Shared custody is the most likely outcome when parents with children separate or divorce in Texas. The adults in the family have the option of either negotiating a custody arrangement with one another or asking a family law judge to put together a custody order because they disagree on key details. Judges often prioritize shared custody arrangements because there is an assumption that is in the best interest of the children.
Once there is a custody order in place, Texas law imposes several requirements on parents, including the following.
Uphold the custody order
A custody order is a court order, and parents have an obligation to abide by the terms set by the judge. That means that they will need to regularly exchange custody according to the division of parenting time. Custody arrangements typically include both an overall breakdown of parenting time and arrangements for sharing custody on special occasions, such as holidays and birthdays. Parents usually need to follow the rules outlined in their custody order or make arrangements with one another if the situation occasionally requires deviating from the custody order.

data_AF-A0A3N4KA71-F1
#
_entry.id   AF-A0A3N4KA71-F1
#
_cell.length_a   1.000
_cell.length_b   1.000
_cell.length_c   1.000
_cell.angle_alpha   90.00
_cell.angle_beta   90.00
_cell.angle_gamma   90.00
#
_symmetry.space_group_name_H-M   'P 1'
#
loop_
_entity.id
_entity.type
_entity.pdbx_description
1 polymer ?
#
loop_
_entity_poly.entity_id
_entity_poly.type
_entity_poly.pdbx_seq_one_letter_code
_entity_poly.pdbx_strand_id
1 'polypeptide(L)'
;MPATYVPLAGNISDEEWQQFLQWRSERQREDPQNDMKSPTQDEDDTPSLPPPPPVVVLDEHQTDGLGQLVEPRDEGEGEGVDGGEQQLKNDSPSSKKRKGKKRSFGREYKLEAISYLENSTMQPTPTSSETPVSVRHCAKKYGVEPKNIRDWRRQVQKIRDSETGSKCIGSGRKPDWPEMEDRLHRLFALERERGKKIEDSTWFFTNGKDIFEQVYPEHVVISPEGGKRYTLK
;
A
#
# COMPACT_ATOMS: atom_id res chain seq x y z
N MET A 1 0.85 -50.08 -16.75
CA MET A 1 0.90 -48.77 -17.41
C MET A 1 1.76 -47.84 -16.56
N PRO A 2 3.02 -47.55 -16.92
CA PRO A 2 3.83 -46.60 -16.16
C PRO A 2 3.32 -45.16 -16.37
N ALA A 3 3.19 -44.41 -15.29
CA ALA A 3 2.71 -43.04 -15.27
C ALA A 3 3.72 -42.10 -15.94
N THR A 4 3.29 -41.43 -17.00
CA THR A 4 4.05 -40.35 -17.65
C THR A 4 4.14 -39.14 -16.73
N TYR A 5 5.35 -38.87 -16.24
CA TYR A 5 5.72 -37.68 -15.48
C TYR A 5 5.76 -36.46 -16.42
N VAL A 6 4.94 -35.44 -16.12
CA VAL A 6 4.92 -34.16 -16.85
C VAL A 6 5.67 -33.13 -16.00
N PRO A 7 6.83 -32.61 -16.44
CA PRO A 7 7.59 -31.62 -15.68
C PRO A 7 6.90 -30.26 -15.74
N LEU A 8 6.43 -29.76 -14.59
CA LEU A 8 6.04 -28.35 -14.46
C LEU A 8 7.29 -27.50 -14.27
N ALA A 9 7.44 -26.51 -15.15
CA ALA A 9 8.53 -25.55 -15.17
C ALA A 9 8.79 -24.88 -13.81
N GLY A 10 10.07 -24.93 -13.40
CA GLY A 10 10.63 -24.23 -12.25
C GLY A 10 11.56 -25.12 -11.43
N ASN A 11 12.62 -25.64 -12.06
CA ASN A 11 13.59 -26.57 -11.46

Share pertinent information
Parents in Texas are privy to numerous important details about their children’s lives. From progress reports sent home from the school to information obtained during medical appointments, parents need to share that information with one another. There is an expectation in Texas state statute that the adults in a shared custody arrangement will give one another access to relevant information about the children in the family.
Agree on major decisions
Just as parents share parenting time, they must also share authority over their children. Most custody arrangements require that adults share the power to make decisions about religious, educational and medical matters. They can handle any emergencies that occur during their own parenting time but will need to cooperate on major decisions with long-term implications in most non-emergency situations.
It can be very difficult for those who have just gone through a major shift in their relationship to cooperate for the purpose of co-parenting. Understanding the requirements imposed by Texas family law statutes, and seeking legal guidance whenever necessary, may help people better adjust to shared custody arrangements.